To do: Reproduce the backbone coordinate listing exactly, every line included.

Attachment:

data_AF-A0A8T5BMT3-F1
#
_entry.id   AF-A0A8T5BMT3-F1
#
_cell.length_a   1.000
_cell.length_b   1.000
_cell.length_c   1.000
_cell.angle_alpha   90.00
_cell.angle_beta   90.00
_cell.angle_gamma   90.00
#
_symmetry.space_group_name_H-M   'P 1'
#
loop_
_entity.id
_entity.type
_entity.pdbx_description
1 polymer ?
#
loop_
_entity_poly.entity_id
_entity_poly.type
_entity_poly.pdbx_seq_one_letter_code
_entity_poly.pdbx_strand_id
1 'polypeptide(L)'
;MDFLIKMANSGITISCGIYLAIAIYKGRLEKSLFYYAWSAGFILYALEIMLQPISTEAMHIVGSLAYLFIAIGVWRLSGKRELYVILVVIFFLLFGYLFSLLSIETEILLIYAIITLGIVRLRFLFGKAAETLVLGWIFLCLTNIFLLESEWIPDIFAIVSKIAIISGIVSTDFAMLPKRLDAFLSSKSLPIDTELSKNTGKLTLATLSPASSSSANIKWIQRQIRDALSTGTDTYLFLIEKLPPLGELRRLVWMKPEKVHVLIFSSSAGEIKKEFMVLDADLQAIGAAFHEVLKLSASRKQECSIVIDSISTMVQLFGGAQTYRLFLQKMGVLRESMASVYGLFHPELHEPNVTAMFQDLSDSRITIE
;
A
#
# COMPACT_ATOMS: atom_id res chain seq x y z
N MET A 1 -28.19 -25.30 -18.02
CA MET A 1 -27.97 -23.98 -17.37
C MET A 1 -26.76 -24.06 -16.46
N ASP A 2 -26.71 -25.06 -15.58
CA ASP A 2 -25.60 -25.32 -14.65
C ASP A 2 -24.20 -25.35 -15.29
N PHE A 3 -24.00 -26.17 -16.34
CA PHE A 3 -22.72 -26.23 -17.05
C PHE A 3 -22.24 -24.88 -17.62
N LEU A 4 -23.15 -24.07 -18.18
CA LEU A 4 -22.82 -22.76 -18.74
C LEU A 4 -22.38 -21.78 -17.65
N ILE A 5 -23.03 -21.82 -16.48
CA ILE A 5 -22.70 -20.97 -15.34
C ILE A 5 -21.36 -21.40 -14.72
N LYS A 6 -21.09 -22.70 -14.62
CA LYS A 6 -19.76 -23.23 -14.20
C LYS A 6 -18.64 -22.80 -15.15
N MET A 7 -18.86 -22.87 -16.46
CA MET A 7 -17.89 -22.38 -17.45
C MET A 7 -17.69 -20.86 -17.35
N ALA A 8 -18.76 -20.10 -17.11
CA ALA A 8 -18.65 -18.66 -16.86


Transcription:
data_AF-A0A8T5BMT3-F1
#
_entry.id   AF-A0A8T5BMT3-F1
#
_cell.length_a   1.000
_cell.length_b   1.000
_cell.length_c   1.000
_cell.angle_alpha   90.00
_cell.angle_beta   90.00
_cell.angle_gamma   90.00
#
_symmetry.space_group_name_H-M   'P 1'
#
loop_
_entity.id
_entity.type
_entity.pdbx_description
1 polymer ?
#
loop_
_entity_poly.entity_id
_entity_poly.type
_entity_poly.pdbx_seq_one_letter_code
_entity_poly.pdbx_strand_id
1 'polypeptide(L)'
;MDFLIKMANSGITISCGIYLAIAIYKGRLEKSLFYYAWSAGFILYALEIMLQPISTEAMHIVGSLAYLFIAIGVWRLSGKRELYVILVVIFFLLFGYLFSLLSIETEILLIYAIITLGIVRLRFLFGKAAETLVLGWIFLCLTNIFLLESEWIPDIFAIVSKIAIISGIVSTDFAMLPKRLDAFLSSKSLPIDTELSKNTGKLTLATLSPASSSSANIKWIQRQIRDALSTGTDTYLFLIEKLPPLGELRRLVWMKPEKVHVLIFSSSAGEIKKEFMVLDADLQAIGAAFHEVLKLSASRKQECSIVIDSISTMVQLFGGAQTYRLFLQKMGVLRESMASVYGLFHPELHEPNVTAMFQDLSDSRITIE
;
A
#
# COMPACT_ATOMS: atom_id res chain seq x y z
N MET A 1 -28.19 -25.30 -18.02
CA MET A 1 -27.97 -23.98 -17.37
C MET A 1 -26.76 -24.06 -16.46
N ASP A 2 -26.71 -25.06 -15.58
CA ASP A 2 -25.60 -25.32 -14.65
C ASP A 2 -24.20 -25.35 -15.29
N PHE A 3 -24.00 -26.17 -16.34
CA PHE A 3 -22.72 -26.23 -17.05
C PHE A 3 -22.24 -24.88 -17.62
N LEU A 4 -23.15 -24.07 -18.18
CA LEU A 4 -22.82 -22.76 -18.74
C LEU A 4 -22.38 -21.78 -17.65
N ILE A 5 -23.03 -21.82 -16.48
CA ILE A 5 -22.70 -20.97 -15.34
C ILE A 5 -21.36 -21.40 -14.72
N LYS A 6 -21.09 -22.70 -14.62
CA LYS A 6 -19.76 -23.23 -14.20
C LYS A 6 -18.64 -22.80 -15.15
N MET A 7 -18.86 -22.87 -16.46
CA MET A 7 -17.89 -22.38 -17.45
C MET A 7 -17.69 -20.86 -17.35
N ALA A 8 -18.76 -20.10 -17.11
CA ALA A 8 -18.65 -18.66 -16.86